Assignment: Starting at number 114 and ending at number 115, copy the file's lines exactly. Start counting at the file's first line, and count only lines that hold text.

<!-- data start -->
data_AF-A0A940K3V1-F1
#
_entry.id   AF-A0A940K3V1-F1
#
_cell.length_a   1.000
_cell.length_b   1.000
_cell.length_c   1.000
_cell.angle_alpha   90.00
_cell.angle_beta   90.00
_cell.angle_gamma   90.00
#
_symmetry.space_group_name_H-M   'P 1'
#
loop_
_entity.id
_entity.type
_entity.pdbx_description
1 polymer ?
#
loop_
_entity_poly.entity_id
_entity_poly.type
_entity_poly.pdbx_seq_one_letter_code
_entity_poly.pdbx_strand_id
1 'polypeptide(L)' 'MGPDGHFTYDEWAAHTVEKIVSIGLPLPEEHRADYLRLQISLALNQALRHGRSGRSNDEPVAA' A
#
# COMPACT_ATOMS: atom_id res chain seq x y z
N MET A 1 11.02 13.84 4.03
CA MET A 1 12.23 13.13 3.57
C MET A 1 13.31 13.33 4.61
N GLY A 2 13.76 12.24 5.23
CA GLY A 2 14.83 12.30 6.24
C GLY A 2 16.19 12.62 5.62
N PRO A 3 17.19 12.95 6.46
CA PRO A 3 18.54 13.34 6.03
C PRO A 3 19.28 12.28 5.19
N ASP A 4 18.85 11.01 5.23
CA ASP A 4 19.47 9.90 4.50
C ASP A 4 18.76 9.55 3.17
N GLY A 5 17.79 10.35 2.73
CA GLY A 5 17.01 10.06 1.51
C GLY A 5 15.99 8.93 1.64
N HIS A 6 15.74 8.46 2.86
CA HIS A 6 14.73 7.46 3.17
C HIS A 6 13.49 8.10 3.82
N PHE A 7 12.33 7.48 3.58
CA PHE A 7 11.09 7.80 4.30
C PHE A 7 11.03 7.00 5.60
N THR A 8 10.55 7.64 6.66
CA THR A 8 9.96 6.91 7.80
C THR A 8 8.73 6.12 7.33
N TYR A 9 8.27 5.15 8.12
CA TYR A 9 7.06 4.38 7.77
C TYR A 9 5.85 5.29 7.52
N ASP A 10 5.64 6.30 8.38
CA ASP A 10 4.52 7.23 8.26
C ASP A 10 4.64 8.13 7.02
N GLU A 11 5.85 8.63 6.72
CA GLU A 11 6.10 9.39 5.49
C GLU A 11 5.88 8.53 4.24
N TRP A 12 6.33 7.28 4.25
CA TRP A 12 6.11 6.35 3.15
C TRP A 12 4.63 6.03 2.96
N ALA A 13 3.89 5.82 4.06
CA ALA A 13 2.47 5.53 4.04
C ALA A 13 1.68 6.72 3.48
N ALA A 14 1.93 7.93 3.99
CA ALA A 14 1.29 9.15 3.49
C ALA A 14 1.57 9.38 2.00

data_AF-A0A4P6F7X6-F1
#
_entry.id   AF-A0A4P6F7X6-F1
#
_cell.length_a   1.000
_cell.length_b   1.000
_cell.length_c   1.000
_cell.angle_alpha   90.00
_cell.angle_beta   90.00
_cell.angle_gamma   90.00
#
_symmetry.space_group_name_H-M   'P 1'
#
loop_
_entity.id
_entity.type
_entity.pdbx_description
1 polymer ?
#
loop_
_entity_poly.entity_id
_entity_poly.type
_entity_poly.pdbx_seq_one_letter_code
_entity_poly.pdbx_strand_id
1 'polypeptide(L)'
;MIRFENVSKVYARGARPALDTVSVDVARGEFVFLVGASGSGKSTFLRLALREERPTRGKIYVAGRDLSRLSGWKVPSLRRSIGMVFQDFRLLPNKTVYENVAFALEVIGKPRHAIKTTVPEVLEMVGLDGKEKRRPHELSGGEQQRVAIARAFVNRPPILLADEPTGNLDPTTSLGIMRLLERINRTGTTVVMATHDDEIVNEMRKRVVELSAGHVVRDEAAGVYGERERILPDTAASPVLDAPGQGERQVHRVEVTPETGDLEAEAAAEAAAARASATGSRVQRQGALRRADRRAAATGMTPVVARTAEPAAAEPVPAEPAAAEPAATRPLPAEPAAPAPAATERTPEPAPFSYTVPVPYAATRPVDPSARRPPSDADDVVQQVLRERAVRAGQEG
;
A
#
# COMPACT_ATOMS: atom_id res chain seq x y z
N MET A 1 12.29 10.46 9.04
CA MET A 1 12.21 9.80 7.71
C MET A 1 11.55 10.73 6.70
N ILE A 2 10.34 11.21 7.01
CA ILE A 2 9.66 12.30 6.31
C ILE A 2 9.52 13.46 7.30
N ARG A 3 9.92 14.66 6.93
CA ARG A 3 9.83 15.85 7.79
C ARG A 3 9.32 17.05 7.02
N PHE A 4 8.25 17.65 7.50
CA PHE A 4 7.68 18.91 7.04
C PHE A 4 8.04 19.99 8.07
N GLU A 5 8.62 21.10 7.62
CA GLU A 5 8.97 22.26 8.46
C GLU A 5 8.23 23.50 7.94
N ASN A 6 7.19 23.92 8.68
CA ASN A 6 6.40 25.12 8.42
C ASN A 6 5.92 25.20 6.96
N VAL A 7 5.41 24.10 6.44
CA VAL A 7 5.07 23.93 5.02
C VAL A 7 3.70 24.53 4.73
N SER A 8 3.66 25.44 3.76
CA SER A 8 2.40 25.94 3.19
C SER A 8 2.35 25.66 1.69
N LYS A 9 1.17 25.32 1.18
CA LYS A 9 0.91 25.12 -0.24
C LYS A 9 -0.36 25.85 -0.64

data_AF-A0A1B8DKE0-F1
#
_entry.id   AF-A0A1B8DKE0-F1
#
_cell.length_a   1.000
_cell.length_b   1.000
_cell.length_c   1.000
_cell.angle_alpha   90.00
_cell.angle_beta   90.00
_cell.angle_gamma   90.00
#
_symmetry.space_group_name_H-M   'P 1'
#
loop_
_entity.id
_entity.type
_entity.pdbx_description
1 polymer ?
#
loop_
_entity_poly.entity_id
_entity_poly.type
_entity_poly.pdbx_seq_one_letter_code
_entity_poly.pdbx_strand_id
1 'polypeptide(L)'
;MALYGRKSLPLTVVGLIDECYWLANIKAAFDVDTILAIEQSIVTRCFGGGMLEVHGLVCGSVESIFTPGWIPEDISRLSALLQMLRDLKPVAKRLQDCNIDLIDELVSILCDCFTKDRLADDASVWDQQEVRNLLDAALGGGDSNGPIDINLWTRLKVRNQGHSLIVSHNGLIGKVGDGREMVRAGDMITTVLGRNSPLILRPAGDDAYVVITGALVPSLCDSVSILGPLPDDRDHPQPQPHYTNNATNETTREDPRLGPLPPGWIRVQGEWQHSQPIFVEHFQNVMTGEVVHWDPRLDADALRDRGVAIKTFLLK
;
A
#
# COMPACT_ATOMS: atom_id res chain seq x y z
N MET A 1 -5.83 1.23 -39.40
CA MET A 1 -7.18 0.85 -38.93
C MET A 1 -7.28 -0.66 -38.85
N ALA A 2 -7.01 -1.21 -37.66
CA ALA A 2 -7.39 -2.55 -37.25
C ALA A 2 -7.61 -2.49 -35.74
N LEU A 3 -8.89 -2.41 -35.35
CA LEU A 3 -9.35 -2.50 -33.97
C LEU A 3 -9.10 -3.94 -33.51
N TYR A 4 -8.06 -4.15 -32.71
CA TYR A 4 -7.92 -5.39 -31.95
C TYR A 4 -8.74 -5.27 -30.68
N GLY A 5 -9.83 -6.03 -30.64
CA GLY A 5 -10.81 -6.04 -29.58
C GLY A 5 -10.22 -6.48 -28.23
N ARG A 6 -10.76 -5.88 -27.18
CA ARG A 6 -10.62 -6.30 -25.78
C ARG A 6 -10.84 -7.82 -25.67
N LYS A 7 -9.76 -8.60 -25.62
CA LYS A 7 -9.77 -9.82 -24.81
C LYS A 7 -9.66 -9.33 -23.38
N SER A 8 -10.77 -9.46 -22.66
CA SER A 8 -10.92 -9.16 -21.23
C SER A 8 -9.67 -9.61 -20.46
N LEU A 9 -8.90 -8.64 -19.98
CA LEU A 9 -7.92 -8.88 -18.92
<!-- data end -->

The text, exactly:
C GLU A 5 8.23 23.50 7.94
N ASN A 6 7.19 23.92 8.68